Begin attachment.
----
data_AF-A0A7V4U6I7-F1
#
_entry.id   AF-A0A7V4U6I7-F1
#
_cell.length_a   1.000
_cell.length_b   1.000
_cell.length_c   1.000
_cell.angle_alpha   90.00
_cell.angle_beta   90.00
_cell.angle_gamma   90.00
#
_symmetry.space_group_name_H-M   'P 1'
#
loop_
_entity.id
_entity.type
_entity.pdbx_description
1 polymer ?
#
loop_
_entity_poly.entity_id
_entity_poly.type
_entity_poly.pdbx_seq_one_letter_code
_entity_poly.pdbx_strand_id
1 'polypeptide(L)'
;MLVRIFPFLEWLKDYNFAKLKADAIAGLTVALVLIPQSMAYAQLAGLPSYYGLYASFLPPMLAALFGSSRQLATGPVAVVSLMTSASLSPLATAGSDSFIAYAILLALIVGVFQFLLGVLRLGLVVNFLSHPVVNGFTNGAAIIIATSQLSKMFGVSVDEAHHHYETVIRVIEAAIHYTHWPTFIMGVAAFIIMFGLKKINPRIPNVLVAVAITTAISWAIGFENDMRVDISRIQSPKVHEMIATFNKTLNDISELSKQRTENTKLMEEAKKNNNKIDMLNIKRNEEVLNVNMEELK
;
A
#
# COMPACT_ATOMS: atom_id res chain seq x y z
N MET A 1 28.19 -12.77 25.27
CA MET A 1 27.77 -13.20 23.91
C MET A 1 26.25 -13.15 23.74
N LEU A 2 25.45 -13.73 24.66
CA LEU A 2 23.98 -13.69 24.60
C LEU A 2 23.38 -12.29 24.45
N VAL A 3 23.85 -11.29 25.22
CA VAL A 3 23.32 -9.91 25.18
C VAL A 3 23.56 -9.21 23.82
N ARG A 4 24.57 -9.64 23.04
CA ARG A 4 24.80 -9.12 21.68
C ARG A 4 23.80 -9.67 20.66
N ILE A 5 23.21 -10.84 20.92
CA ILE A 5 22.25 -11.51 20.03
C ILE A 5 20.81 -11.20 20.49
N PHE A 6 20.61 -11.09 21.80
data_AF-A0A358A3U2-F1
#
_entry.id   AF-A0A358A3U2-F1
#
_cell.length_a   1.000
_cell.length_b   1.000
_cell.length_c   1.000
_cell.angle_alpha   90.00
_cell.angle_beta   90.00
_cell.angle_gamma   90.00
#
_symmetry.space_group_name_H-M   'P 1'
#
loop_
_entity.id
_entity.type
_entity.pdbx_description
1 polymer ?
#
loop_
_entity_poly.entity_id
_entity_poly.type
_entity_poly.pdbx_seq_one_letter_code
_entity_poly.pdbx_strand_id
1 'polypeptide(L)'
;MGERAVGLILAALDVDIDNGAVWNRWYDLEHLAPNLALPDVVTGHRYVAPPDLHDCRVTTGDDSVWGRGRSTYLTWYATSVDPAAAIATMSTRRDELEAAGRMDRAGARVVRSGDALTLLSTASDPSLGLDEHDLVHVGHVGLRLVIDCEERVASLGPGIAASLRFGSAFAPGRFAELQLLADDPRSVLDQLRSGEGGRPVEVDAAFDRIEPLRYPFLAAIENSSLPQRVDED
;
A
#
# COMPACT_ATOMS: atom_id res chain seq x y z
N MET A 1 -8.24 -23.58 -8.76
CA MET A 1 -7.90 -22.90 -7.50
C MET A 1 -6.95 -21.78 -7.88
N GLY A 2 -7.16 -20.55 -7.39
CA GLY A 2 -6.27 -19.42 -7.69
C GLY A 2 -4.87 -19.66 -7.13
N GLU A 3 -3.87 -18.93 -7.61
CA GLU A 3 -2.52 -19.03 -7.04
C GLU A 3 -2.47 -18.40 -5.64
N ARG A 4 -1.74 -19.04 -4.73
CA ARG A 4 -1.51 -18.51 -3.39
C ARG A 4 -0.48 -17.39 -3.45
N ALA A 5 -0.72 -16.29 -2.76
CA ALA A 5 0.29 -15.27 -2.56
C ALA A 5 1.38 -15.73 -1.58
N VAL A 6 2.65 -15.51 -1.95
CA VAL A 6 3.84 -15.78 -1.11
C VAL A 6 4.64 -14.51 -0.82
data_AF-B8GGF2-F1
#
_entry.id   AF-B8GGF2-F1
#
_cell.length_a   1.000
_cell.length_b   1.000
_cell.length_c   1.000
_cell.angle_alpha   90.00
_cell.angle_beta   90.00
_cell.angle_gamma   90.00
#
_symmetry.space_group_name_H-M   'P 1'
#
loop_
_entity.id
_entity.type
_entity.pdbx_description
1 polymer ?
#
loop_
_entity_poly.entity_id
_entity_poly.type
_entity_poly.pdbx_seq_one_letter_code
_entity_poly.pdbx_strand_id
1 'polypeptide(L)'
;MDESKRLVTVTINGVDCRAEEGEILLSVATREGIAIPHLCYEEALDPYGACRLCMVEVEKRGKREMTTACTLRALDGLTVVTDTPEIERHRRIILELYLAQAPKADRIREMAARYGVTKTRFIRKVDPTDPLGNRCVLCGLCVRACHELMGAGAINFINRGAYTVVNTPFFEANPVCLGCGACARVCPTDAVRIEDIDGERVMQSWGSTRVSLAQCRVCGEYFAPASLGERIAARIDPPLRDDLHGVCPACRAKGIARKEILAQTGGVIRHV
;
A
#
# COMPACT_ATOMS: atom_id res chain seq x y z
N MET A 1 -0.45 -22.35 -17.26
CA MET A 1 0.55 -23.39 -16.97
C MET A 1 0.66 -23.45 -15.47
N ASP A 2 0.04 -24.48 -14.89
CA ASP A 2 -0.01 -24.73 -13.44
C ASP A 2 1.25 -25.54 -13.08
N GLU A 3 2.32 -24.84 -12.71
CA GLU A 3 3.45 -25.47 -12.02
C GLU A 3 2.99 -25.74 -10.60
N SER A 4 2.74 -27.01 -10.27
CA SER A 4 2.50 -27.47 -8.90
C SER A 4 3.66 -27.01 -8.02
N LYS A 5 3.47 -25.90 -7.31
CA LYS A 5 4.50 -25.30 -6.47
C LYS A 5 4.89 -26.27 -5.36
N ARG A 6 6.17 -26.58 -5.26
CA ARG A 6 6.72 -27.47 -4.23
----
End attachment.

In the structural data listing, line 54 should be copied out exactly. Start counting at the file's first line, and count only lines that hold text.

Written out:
_cell.angle_alpha   90.00